Craft Lab:
Prosody and Its Decolonization

The pleasure of patterned sound is at the root of why we make and read poetry. Yet prosody, or the technical study of sound and rhythm, has a peculiar relationship to contemporary practice. Many developing poets wonder: Do I need to care about prosody? Or is it simply the purview of literary scholars, the stuff of academic, bloodless analysis? Even the word “prosody” might seem a bit technical and unfeeling.

In this craft lab, we’ll take a more personal approach to prosody, exploring what it can mean to us and why. Drawing upon his own experience as a young poet, Jay Deshpande will discuss the values of developing a technical understanding of sound and meter. At the same time, prosody and the study of formal verse have often been tied exclusively to white, Western European notions of the poetic tradition. Over the course of the afternoon, we’ll consider an expanded definition of prosody while exploring a number of ways it can help us as readers and writers to engage with language more deeply and to build our poems to greater sonic satisfaction.

This one-day lab will feature multiple writing exercises and prompts to help you engage with poetic form and develop your prosodic chops. By the end, you’ll have grounding in how to read and scan traditional English verse forms; you’ll also have a new set of tools to adapt the logic of prosody to your own writing. Additionally, we’ll critically explore how we relate to the history of different verse forms from around the world, with the goal of engaging multiple poetic traditions more flexibly and consciously.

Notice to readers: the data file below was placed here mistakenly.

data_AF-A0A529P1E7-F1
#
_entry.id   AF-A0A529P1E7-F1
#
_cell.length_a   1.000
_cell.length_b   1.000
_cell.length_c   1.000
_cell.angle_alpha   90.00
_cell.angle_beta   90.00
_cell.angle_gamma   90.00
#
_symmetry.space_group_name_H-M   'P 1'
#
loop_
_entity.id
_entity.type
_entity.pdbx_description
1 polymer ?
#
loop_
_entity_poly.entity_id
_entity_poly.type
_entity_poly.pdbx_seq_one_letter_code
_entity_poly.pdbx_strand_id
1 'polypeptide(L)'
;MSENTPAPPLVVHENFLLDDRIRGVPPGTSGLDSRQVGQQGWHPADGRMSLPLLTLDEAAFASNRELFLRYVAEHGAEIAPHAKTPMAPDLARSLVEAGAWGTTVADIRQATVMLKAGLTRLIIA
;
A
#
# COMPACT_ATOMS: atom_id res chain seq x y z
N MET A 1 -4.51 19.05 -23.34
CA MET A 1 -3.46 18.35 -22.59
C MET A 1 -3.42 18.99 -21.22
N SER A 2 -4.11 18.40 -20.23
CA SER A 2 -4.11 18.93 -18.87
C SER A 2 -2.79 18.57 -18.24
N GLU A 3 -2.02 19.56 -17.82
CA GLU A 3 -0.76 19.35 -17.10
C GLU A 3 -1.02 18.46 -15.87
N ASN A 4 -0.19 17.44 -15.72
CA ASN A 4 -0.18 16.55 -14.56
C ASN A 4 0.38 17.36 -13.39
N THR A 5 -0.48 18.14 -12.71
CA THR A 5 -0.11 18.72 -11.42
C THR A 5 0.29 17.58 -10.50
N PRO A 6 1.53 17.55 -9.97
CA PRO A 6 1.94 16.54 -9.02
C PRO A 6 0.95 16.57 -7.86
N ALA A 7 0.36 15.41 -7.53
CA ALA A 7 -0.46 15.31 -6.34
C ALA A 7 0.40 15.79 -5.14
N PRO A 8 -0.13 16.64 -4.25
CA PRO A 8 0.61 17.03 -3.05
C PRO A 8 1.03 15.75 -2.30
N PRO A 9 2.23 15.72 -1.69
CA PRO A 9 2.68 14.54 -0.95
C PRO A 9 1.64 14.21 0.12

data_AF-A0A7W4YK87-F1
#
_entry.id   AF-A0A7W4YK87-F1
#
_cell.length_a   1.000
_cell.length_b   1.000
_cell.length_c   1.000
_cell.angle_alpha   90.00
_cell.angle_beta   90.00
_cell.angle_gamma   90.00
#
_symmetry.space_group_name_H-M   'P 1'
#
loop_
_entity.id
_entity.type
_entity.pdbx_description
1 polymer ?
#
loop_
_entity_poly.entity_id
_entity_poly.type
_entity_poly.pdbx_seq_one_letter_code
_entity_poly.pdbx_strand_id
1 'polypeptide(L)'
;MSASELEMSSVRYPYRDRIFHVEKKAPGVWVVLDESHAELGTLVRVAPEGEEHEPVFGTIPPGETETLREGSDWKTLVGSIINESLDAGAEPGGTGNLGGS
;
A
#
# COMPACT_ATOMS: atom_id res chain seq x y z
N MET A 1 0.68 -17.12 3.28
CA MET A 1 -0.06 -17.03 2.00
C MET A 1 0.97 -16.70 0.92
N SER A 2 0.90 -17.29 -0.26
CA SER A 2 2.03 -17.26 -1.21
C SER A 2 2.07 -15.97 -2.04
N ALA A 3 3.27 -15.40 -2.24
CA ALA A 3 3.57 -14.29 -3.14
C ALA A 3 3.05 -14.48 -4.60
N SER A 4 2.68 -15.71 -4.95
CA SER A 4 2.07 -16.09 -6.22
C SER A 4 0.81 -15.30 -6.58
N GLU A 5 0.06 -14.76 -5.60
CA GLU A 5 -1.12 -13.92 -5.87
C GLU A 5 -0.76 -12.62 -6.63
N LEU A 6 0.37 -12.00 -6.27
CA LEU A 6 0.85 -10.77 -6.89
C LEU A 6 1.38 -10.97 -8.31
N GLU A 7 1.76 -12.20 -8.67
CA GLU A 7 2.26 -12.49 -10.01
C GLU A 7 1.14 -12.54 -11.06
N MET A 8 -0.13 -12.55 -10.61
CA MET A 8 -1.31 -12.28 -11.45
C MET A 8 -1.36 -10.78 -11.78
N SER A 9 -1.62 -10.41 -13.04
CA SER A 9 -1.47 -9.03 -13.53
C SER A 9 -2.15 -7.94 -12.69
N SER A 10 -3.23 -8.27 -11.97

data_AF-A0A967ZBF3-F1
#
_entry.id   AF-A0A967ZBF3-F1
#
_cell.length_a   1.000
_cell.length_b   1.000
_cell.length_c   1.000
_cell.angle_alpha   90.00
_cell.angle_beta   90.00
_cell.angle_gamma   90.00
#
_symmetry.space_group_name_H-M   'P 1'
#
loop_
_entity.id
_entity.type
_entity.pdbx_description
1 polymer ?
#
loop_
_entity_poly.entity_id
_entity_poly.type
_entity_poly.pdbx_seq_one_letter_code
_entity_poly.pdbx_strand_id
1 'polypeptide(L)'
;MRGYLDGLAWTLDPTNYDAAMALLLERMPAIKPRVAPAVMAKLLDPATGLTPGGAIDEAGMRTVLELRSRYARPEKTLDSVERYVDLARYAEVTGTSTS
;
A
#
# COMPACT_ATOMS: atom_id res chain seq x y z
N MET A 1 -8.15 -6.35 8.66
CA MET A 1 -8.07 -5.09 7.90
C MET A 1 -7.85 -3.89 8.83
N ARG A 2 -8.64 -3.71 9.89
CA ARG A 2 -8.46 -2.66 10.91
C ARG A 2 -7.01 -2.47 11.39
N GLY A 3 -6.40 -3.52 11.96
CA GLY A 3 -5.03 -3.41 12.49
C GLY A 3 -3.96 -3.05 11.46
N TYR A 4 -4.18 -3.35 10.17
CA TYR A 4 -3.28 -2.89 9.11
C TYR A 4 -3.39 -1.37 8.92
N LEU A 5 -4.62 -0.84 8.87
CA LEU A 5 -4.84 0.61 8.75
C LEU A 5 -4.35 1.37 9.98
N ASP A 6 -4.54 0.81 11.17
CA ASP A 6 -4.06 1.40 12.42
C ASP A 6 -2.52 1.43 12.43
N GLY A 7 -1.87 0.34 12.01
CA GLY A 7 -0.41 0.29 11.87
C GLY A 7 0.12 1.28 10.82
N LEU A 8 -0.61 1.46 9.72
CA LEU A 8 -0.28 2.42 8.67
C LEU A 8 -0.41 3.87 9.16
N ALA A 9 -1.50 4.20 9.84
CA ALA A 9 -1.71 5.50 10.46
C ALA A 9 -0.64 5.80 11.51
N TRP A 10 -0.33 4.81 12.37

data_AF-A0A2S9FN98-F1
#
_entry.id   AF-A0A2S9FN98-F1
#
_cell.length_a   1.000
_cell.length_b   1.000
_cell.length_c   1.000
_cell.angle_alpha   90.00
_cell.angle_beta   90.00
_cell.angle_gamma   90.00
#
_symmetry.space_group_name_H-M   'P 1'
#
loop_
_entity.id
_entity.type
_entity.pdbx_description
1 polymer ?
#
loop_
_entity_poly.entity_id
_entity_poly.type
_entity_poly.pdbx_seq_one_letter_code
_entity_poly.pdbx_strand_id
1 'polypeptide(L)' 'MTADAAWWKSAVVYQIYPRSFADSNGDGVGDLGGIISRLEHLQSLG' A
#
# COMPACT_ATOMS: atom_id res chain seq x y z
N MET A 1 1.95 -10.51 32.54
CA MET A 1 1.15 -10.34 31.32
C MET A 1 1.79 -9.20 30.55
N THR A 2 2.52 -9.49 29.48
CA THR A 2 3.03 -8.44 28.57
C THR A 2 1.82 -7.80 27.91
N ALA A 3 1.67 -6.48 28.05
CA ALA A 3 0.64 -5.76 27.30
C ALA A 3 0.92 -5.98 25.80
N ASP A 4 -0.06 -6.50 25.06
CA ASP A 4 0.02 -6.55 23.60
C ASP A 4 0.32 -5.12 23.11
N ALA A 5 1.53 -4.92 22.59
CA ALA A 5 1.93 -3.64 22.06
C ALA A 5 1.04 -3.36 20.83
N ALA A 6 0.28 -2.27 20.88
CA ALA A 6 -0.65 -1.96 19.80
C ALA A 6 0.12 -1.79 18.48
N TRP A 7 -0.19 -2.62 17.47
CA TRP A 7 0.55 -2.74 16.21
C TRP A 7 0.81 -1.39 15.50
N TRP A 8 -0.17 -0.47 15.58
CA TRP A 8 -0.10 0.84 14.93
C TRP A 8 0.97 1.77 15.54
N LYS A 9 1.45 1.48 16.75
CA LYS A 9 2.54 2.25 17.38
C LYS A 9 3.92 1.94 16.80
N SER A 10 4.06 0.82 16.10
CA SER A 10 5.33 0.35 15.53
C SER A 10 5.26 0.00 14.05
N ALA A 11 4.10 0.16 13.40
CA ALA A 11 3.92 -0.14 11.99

Craft Lab Details

Jay  DeshpandeJay Deshpande is the author of Love the Stranger (YesYes Books, 2015), named one of the top debuts of 2015 by Poets & Writers, and the chapbooks The Rest of the Body (YesYes Books, 2017) and The Umbrian Sonnets (PANK Books, 2020). A 2018–20 Stegner Fellow at Stanford University and the winner of the Scotti Merrill Memorial Award and Narrative‘s Annual Poetry Contest, he has also received fellowships from Kundiman, Civitella Ranieri, and the Constance Saltonstall Foundation for the Arts. His poems have appeared in the American Poetry Review, New Republic and New England Review, among many other places. He is an advisory editor for Northwest Review and writes criticism for Guernica, Pleiades, Kenyon Review and Boston Review. He holds a BA in English from Harvard and an MFA in creative writing from Columbia University and has taught workshops for Poets House, the Academy of American Poets and Columbia’s MFA program. Deshpande started teaching for Brooklyn Poets in 2017, quickly becoming one of our most popular teachers and selling out all fourteen of his workshops and mentorship courses since that time. He is our most sought-after mentor on the Bridge and the leader of our Mentorship Program.